Science Teacher Jobs

Science Teacher Job

Are you considering carving out a career as a secondary school science teacher?

Becoming a teacher allows you to teach the subject which you are most passionate about – science. It also allows you to engage with pupils and expand their scientific knowledge by passing your knowledge onto the next generation of young minds.

As a secondary school science teacher, you will teach chemistry, biology and physics unless you apply for a job which only teaches one of the subjects. You will teach students about the human body, the universe and many others.

A science teacher role involves supporting students in their studies, observing their work and identifying their strengthens and weaknesses, helping them to further develop and recording their progress that pupils in education make, aged between 11-18 years of age. To ensure this, you will create lessons that are in line with objectives within the national curriculum, with the aim of ensuring a healthy atmosphere of learning for all abilities.

Secondary school science teachers will need to stay on top of the latest developments and then ensure their resources are fresh and suitable for use and as well keep up to date with any new teaching methods and national objectives. If there are any new teaching methods, you will then have to tweak your current methods to include the new ones.

The science teacher role includes networking and building professional relationships with other educational experts who your students engage with on a weekly basis such as learning mentors, psychologists and pastoral care staff as well as speaking and having meetings with parents and guardians of your students.

What will be your responsibilities as a science teacher?

As a secondary school science teacher, you’ll put together lessons and deliver them to a range of students with different ages and abilities. Once you have taught the lesson, you will be marking the work and providing constructive feedback. After looking through their work, over time you will need to recorded pupils progress and development.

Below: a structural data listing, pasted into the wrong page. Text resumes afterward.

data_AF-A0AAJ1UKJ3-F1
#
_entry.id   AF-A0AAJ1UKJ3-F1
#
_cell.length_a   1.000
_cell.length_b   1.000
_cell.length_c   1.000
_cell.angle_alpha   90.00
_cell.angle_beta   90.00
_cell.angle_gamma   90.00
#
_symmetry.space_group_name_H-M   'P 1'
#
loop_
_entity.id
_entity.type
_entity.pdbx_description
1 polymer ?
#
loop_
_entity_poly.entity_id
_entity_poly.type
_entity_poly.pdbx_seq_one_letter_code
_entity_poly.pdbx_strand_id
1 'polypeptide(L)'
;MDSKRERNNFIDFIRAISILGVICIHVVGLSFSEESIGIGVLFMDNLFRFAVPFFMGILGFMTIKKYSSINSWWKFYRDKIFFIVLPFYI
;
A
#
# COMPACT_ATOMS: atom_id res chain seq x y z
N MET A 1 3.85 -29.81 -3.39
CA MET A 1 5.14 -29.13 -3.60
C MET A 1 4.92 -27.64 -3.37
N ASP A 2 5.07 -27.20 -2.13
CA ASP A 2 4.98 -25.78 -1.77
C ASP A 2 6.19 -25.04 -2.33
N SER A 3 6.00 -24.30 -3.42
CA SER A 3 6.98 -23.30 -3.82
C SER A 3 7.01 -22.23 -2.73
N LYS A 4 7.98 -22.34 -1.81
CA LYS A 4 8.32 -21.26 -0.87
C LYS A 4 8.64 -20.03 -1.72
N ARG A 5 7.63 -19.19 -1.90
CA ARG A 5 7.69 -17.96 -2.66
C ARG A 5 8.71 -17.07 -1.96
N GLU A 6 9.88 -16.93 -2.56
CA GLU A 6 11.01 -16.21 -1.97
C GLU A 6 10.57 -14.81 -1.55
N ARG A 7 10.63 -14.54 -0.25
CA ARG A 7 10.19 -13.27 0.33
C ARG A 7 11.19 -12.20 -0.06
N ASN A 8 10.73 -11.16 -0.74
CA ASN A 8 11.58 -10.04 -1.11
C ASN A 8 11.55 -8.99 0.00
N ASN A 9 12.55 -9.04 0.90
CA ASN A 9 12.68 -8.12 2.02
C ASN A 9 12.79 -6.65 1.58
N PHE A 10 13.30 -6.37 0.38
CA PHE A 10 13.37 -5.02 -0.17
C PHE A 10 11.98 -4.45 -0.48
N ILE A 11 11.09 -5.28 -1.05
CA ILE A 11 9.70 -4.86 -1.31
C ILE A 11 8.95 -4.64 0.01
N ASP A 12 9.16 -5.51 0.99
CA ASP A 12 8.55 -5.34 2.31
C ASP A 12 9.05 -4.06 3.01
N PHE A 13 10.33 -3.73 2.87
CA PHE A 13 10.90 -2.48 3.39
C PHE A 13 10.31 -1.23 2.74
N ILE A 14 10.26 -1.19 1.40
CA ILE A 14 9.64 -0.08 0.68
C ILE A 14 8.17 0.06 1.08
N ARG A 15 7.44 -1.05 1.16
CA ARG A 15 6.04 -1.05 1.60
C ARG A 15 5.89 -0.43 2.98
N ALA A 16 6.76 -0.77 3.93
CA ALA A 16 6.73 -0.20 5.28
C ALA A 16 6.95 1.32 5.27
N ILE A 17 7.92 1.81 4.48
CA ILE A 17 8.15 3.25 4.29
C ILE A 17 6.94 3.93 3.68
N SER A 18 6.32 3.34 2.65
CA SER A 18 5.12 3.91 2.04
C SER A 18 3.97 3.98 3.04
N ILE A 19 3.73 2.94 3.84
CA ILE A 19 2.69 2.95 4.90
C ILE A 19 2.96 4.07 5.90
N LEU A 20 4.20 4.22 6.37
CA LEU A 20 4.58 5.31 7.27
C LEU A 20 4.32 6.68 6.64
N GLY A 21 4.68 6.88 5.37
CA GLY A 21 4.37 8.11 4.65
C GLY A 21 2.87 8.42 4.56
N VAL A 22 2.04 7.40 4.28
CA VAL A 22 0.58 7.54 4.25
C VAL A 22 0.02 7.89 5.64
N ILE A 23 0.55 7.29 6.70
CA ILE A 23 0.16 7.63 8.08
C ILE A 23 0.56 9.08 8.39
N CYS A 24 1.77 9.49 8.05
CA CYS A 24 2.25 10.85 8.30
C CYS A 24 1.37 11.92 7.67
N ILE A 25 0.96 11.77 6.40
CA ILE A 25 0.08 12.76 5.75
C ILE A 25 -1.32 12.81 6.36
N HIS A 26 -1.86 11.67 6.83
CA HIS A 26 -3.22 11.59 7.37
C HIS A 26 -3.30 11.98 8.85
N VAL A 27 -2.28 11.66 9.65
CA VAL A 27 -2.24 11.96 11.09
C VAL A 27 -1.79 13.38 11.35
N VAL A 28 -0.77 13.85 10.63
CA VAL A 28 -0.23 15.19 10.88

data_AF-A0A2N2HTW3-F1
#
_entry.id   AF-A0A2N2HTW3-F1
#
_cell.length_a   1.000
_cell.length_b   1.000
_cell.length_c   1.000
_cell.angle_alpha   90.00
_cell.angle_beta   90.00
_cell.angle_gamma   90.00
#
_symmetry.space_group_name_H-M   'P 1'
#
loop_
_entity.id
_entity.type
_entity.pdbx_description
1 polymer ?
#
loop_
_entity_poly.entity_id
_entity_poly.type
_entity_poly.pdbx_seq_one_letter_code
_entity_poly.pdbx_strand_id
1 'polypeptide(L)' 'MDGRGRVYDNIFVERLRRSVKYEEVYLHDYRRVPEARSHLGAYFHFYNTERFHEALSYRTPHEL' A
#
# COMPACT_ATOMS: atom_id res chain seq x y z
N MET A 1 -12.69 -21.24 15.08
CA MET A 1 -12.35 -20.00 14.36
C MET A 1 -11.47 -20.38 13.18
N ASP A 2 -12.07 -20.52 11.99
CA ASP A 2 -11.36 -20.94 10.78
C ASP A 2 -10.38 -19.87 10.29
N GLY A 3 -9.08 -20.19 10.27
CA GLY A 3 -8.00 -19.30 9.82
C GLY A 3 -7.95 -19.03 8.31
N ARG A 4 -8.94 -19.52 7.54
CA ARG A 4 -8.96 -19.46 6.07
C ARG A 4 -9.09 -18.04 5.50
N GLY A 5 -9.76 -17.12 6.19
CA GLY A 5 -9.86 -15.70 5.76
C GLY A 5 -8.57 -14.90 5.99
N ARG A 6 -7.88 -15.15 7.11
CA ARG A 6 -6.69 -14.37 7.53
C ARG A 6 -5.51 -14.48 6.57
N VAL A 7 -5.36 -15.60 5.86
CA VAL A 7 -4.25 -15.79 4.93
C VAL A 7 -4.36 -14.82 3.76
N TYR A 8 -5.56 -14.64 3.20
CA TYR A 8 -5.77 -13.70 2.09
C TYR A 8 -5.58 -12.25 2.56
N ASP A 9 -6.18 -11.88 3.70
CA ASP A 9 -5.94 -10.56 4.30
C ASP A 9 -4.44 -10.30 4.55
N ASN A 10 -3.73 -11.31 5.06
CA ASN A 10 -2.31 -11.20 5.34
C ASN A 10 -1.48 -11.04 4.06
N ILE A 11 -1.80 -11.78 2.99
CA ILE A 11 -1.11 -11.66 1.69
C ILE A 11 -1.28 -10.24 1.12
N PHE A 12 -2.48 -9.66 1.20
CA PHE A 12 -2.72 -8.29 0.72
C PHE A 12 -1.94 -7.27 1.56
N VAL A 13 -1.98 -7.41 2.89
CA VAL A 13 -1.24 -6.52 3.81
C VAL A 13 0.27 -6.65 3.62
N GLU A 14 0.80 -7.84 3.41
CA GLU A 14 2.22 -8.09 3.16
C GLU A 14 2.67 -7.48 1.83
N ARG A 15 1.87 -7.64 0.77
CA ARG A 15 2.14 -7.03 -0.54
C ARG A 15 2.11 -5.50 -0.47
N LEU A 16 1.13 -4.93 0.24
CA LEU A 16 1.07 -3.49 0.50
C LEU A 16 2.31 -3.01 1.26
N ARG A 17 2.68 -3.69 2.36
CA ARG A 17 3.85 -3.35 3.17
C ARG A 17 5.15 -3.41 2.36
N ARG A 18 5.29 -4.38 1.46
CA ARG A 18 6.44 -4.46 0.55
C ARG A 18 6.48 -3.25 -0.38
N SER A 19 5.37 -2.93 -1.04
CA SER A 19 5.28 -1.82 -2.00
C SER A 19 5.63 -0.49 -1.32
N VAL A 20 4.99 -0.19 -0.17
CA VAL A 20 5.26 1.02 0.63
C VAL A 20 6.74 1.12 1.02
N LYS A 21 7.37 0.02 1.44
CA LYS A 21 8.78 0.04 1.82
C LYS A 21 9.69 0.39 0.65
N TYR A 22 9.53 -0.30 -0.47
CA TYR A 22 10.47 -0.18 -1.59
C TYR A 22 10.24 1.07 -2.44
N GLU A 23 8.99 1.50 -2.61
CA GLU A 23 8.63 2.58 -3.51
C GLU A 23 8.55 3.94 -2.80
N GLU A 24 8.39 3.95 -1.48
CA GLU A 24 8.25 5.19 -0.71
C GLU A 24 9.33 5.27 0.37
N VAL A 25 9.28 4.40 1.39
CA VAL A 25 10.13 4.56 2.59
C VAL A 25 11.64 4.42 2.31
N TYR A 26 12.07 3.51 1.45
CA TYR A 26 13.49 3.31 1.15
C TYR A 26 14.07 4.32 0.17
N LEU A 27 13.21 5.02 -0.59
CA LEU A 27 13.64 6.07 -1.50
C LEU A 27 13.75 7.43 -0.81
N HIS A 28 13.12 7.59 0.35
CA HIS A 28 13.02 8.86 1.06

It’s fundamental to keep your maths knowledge fresh by searching innovative topic areas and producing new materials that meet the curriculum guidelines, so that students are receiving the right knowledge and being taught it in the correct way.

Selecting a variety of learning resources is very important including podcasts, videos and interactive whiteboards. This is because not every student will be engaged or even learn something the same way. Different topics take more concentration so may need a more interactive of learning.

Pupils will inevitably have to do exams. It’s your job to prepare them for mock tests and external examinations in order for them to achieve their target grades.

They’ll be different abilities and personalities within a class of students. Some will take to science like a duck in water, whilst others will struggles and take some time to get to grips with certain topics. However due to this, you must be able to manage your time to focus on those who are struggling but still pushing those who understand it. Whilst doing this, you must be able to manage classroom behaviour and take the appropriate actions.

When it’s time for the annual parents evening, you’ll need to talk to parents and guardians on how their child is performing academically. You will need to explain their strengths as well as their areas for improvement.

As a teacher, there are always department meetings and training events to attend as well as extra curriculum activities such as sports days or outings. You will need to attend those and help to plan these events.

How much could you earn as a science teacher?

As a newly qualified science teacher your salary will start on the main pay range. This will rise gradually from £22,467 to £33,160 (£28,098 to £33,160 for inner London.

Teacher salaries on the main scale in Northern Ireland are slightly lower, ranging from £22,243 to £32,509. The salaries range from £22,194 to £35,409 in Scotland.

The overall amount that science teachers are paid is due to their responsibilities. If they take on a responsibility such as form tutor, this has an impact on their wage.  Your wage also can vary from school to school and especially where that specific school is based. Typically, Flourish Education as education recruiters pays secondary school science teacher up to £200 per day.

If you work in a free school or academy, they can choose their own pay as well as working conditions. Due to this, they may be extremely similar to what local authority schools offer or could vary substantially.

What are science teachers working hours?

Secondary school science teachers work from the autumn term in September straight through to the summer term in the end of July. This is a 39 week with a 13 week holiday. The academic calendar year is used for teaching but teachers often make use of their holiday and half terms for marking work and lesson planning.